Regarding the benefits of innovation for the overall economy, there are two arguments within economics. One position says this chance at having a temporary monopoly is the reason for innovation, and this is a crucial dynamic for a successful market economy. This argument stems from the work of Joseph Schumpeter, the first economist to write at length about the role of entrepreneurs and innovators. He saw their behavior as "creative destruction"—that as inventors found new and better ways of doing things, it drove the whole economy forward—and argued that established companies would also have to continue to innovate in order to maintain their position. In Schumpeter's point of view, monopolies in the short run will be innovated away in the long run as competitors continually look for an advantage over established companies. The other position argues that a monopoly by its very nature will stifle innovation. The monopolist will use its dominant position to keep rivals out of the market, and as a result, new ideas will not make it into the marketplace.
These are important points to consider because this debate occurs not only in economics but also within governments regarding how strict anti-monopoly policies should be, as well as the appropriate extent of legal barriers such as patents (the exclusive right of an inventor to use or allow others to use their invention, which creates a temporary monopoly) and copyrights (the exclusive rights of an artist and their estate to profit from their work).
A trademark is a symbol, word, or words legally registered or established by use as representing a company or product. It can be argued that trademarks are protected in order to provide information in the marketplace. When consumers see a trademark, they can be sure they are buying from the producer what they intend to buy, and the trademark is thus part of a company's brand. A company has a monopoly over its own brand, even if it is not a monopolist in the overall market. Trademarks can also create some interesting court cases, such as the one between Apple Corp., the record label for the Beatles, and Apple Computer, the technology giant. The case concerned the apple logo that Apple Computer used, which Apple Corp. said was too close to its own apple logo, as well as lingering effects between the two companies (and copyright concerns that the Beatles and band members' estates had) that made Beatles music unavailable on Apple's iTunes store for years. In 2006, a court in England ruled in favor of Apple Computer, and eventually relations warmed.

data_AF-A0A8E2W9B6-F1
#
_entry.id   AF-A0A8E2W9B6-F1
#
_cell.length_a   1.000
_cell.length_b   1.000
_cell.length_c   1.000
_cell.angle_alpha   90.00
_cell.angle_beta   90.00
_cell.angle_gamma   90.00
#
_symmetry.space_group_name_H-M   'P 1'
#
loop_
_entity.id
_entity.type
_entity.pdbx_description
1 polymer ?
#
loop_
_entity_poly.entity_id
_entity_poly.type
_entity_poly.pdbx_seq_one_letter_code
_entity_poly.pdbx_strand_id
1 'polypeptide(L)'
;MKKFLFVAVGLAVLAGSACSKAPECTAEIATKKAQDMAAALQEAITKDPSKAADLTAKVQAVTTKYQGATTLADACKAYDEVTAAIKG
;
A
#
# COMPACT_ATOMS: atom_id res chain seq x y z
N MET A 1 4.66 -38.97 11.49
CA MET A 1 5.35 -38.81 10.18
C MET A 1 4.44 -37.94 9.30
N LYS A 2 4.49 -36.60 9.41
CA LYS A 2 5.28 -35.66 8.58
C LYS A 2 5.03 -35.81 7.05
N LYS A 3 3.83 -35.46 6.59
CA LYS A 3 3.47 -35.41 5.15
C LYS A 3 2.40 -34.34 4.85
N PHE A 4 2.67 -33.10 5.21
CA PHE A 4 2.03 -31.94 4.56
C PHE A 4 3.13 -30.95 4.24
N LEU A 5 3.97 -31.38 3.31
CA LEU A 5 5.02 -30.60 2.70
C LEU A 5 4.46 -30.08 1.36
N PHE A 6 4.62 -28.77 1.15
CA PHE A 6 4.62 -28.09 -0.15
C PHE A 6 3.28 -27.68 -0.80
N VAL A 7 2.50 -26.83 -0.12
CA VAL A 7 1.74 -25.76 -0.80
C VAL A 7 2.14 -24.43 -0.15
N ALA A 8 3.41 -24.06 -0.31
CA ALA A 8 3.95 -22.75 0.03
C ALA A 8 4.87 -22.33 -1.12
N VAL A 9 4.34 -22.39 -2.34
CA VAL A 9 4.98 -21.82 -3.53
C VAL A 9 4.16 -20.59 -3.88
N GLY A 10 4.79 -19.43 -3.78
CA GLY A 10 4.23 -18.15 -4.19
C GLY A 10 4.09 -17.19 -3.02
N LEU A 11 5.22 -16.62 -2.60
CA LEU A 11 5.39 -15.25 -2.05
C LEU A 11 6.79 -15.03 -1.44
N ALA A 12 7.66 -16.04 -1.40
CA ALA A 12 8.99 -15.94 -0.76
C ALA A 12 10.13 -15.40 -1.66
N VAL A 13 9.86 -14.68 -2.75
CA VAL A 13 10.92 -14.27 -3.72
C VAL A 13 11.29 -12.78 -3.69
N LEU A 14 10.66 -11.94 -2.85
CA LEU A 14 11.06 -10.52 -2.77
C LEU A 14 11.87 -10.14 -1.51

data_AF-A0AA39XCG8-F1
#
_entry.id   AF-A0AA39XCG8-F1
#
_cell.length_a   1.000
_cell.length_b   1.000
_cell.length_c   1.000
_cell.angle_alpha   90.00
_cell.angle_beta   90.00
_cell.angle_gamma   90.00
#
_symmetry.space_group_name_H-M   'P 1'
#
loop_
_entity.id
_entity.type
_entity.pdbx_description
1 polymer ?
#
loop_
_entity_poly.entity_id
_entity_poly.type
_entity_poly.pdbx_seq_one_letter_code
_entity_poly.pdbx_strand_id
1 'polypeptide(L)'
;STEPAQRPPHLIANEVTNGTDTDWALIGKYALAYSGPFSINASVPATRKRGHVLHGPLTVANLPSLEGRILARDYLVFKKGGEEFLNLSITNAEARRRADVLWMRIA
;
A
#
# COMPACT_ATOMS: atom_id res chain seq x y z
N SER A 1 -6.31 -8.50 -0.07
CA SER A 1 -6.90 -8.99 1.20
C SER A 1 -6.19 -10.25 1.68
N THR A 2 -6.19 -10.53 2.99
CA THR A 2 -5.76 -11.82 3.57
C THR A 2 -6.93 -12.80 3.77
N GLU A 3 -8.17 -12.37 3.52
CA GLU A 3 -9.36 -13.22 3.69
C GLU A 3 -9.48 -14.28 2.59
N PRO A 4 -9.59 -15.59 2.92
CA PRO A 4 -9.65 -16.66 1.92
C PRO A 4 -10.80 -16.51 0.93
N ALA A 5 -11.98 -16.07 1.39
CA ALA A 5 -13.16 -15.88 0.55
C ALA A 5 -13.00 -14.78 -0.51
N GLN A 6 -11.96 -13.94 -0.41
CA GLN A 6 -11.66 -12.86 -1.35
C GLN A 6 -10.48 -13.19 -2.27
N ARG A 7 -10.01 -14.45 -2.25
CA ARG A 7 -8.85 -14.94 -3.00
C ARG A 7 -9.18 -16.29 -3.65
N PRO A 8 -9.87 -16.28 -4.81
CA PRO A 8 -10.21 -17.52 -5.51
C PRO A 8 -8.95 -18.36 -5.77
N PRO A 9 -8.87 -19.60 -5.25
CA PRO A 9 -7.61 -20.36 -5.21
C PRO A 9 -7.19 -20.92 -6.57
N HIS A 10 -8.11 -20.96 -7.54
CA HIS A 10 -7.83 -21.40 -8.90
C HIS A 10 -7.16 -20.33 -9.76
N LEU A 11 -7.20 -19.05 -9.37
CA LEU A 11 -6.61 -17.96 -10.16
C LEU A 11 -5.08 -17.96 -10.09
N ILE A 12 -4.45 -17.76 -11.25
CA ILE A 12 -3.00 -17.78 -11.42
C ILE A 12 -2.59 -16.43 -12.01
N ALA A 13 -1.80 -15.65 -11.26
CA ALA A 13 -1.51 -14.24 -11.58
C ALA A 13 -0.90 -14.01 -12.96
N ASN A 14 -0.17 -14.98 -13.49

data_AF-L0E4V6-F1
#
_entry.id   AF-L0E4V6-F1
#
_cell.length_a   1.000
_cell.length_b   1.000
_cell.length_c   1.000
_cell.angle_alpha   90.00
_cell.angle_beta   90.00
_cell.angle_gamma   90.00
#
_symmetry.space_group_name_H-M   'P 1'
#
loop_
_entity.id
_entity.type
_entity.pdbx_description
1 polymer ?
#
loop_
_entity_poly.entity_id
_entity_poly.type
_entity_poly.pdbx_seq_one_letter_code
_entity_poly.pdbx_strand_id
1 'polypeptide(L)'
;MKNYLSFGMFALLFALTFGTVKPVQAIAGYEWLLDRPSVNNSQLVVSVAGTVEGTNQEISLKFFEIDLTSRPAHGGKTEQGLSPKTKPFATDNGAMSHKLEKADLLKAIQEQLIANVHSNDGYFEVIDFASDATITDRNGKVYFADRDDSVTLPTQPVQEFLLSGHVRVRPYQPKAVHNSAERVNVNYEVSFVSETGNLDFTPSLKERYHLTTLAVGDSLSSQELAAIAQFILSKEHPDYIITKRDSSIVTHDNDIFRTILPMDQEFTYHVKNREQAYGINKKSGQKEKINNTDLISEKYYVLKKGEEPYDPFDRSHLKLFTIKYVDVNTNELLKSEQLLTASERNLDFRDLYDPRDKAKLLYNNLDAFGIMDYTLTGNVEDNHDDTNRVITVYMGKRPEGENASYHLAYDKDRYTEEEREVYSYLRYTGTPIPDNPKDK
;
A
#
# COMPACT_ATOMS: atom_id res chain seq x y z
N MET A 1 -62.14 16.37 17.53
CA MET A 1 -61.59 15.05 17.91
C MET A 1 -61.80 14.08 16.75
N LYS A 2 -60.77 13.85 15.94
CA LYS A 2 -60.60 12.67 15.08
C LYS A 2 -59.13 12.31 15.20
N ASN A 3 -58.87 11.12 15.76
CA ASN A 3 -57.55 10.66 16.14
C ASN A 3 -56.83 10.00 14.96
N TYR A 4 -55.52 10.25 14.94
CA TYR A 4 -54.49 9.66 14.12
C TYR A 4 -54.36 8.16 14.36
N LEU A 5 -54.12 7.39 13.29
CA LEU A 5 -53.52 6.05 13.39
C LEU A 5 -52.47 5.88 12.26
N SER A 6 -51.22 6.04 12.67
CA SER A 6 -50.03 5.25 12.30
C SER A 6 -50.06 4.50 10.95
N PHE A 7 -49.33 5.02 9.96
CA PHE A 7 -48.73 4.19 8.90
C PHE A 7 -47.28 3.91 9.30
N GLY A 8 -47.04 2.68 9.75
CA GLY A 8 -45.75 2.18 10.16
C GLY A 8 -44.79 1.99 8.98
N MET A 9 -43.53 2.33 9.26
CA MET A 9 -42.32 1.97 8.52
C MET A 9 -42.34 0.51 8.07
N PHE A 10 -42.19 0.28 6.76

The government can also create a barrier to entry through restricting the issuing of licenses needed by suppliers. A license is official permission to conduct an activity. The government issues licenses to ensure some important services are profitable. Governments could potentially restrict a license to one supplier, as it does with the US Postal Service, which is the only entity with the license to deliver first-class letter mail. Another common example is the restricted number of taxi licenses. In New York City, a taxi has to have a medallion attached to it to be legal, and those medallions are tightly restricted. The limit in New York City is one taxi for every 600 people, giving the city around 13,500 taxi medallions. Even though the taxi industry has recently faced new competition in many places from ride-sharing companies such as Uber and Lyft, those companies also need licenses in order to legally operate in a city.